A mere thirty days… …is what ex priest, Aaron Cohen has to stop a devastating attack on earth from elusive and ruthless forces but events soon took an alarming turn for the worse. The Vatican came under attack when a demonic bloodhound under the command of Tyrus, Lucifer’s son, went on rampage. They left destruction on their trail. As events unfold with alarming speed, Aaron Cohen’s life spiralled out of control, chased by forces beyond human comprehension; he embarked on an adventure to protect the Ark of the Covenant and the stones of fire from brutal forces intent on annihilating the human race. Set against an extraordinary and enigmatic church of St Mary, Axum in Ethiopia, Aaron fought with demons, escaped assassins’ bullets and every attempt to halt impending doom seemed slimmer than ever.
Anyone pootling around these here local parts of WordPress recently will have noticed our fellow blogger Seyi and others have been bigging up her new book. Rather belatedly I have gotten around to doing a review of Cydonia – which was released in December – and after a busy period, I have finally finished the book and am ready with my verdict, which is thus:
After offering to review this tome, I looked at the synopsis and knew that this wasn’t really my type of book, perhaps it is just a phase but the twisty-turny thriller genre just doesn’t do it for me any more. Nevertheless once I started reading, I got an insight into why this would appeal a good number of people who already enjoy books of this nature and to others who have not yet had a pleasurable experience of the genre..
On turning over the first leaf, I found myself straight away in amongst the fast paced world of the narrative and into the thick of the action. It’s a crisp, pacy read indeed with an early deluge of characters as well as their accompanying back stories so you know who is who and what they are all about. The various characters and their associated histories are filtered in gradually and smoothly into the narrative flow so the exposition feels more organic than forced.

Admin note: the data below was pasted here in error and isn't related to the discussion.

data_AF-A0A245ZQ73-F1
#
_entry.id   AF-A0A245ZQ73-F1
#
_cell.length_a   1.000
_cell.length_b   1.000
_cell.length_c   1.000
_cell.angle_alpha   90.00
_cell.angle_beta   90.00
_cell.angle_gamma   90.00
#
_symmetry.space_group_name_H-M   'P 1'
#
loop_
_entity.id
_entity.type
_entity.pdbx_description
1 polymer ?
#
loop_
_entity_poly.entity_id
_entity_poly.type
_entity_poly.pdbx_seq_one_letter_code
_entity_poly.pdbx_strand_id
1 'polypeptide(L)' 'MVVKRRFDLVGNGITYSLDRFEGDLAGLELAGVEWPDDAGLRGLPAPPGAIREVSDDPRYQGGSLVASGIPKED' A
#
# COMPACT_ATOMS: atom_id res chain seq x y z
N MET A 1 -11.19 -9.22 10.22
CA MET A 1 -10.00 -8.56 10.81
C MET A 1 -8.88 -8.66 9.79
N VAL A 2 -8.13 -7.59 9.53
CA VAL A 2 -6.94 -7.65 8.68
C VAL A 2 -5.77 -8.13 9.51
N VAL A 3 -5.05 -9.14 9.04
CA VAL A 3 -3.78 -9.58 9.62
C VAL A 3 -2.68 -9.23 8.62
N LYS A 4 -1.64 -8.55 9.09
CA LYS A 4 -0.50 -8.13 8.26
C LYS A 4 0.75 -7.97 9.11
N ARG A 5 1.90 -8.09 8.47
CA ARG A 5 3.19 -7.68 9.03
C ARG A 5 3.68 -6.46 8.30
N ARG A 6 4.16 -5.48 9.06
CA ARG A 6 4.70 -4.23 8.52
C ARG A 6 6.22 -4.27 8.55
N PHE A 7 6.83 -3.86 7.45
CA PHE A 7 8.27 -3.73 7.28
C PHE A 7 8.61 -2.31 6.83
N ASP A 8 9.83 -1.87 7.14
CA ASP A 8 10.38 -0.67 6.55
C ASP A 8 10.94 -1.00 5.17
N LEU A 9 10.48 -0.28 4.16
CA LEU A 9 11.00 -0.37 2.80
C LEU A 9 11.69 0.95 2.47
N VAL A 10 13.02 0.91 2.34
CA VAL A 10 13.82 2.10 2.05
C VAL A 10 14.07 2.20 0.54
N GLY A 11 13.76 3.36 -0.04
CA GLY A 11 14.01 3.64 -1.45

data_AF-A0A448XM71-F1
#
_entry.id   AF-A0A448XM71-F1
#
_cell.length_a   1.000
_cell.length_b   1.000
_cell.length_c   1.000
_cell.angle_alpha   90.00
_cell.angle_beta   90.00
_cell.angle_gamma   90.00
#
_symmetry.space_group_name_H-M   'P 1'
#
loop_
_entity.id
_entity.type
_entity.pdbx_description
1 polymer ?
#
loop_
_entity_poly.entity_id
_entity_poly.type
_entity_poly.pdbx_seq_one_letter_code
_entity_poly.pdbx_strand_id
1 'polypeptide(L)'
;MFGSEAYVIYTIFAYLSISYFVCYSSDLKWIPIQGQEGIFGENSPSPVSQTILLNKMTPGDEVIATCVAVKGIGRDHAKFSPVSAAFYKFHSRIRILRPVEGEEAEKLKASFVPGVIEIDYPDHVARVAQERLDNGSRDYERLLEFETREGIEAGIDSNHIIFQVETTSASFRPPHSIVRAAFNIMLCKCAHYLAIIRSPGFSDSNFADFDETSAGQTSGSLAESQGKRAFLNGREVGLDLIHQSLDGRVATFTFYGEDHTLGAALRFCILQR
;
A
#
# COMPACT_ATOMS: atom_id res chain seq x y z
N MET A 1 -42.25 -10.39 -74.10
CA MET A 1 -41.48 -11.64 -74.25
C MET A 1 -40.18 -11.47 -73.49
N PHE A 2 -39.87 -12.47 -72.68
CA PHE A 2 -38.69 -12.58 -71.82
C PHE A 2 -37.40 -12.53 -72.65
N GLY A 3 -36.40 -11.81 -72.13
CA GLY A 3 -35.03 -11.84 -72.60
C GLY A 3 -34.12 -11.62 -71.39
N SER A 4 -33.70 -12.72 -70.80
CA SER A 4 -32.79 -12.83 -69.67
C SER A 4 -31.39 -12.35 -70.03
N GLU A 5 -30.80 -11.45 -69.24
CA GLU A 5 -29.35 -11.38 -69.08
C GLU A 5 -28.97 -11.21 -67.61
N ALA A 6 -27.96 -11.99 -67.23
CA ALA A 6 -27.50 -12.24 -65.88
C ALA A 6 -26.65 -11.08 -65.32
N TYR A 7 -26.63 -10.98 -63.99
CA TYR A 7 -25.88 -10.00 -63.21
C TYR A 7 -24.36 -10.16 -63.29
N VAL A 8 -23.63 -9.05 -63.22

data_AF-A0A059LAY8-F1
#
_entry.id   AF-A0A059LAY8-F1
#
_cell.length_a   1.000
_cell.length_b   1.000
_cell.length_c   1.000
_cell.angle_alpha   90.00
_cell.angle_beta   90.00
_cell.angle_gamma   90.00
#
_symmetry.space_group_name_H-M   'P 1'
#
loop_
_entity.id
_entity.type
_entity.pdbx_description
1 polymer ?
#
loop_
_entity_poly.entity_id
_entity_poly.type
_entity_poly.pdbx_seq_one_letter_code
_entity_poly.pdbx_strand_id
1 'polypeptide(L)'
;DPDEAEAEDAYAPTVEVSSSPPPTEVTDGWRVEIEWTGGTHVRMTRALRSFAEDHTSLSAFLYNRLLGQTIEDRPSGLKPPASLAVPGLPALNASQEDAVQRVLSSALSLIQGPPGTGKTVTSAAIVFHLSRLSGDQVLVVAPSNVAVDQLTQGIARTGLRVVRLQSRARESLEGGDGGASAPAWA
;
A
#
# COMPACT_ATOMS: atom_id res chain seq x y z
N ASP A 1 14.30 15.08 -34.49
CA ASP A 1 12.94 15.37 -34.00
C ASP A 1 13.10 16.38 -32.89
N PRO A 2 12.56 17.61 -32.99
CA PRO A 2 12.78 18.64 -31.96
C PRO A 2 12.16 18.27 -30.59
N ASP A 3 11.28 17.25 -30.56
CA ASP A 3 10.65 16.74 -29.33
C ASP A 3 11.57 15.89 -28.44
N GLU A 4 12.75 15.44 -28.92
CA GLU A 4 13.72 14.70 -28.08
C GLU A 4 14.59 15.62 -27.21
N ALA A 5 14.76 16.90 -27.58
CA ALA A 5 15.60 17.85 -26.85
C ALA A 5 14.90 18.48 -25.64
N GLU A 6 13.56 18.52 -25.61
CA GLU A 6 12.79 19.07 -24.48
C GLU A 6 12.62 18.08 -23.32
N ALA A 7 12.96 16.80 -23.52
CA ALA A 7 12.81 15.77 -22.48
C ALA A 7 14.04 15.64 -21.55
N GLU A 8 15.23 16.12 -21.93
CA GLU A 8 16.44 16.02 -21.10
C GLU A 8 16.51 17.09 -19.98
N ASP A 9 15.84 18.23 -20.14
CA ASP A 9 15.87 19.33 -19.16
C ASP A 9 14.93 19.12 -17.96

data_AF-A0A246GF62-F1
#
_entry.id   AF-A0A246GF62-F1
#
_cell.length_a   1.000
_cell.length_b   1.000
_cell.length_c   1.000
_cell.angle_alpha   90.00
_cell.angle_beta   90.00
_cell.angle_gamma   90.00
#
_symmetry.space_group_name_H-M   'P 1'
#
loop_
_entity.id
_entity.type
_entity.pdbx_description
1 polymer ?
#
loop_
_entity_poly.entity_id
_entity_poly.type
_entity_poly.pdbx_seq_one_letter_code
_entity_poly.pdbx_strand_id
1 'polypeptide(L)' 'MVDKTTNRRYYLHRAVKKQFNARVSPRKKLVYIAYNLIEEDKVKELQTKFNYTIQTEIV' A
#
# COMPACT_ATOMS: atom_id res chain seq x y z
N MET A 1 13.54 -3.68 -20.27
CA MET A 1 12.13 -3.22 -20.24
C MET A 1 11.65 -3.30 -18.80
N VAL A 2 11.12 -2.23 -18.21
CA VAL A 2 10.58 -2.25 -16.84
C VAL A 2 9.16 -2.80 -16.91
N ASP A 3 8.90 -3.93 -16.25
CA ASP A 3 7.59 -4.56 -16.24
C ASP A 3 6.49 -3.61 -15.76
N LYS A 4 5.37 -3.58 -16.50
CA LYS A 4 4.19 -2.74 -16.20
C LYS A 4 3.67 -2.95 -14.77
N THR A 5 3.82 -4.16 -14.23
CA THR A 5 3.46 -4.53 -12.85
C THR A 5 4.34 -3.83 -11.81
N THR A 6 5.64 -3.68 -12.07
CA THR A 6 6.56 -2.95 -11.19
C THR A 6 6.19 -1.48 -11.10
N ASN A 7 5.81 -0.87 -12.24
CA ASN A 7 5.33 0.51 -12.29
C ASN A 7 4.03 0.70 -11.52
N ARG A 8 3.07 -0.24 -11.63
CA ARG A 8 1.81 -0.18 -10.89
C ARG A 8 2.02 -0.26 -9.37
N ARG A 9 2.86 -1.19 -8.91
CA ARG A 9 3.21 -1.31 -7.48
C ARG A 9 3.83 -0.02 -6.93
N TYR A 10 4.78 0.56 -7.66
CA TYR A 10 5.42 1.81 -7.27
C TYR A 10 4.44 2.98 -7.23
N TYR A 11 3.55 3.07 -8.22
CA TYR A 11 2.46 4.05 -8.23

Despite the length of the book (644 pages) it doesn’t take long to read, thanks to lots of action and the quick changes in location for this international escapade. The quick and snappy scene changes feel reminiscent of scenes you would see in a thriller on the big screen which helps you relax into the cinematic feel of the story and just go with the flow..
The genre for this one is supernatural thriller, the battle of good against evil rages on, featuring all the classic historical conspiracy players synonymous with the times – the Templars, high up Vatican politicos, etc but with a more spiritual focus. Paranormal really doesn’t seem like the right word to use in this review somehow and after a long and fruitless search through dusty websites for esoteric words that didn’t quite work – like acroamatic – I though perhaps the word that best fits is perhaps occult.
Seyi has written another book as well, Feet of Darkness which can be read first but this book works equally well as a stand alone novel. If you fancy globe-trotting jaunt with lots of tightly woven and interconnected stories, that keeps the surprises coming to the end then this will be right up your aisle, a revelation you might say (geddit!).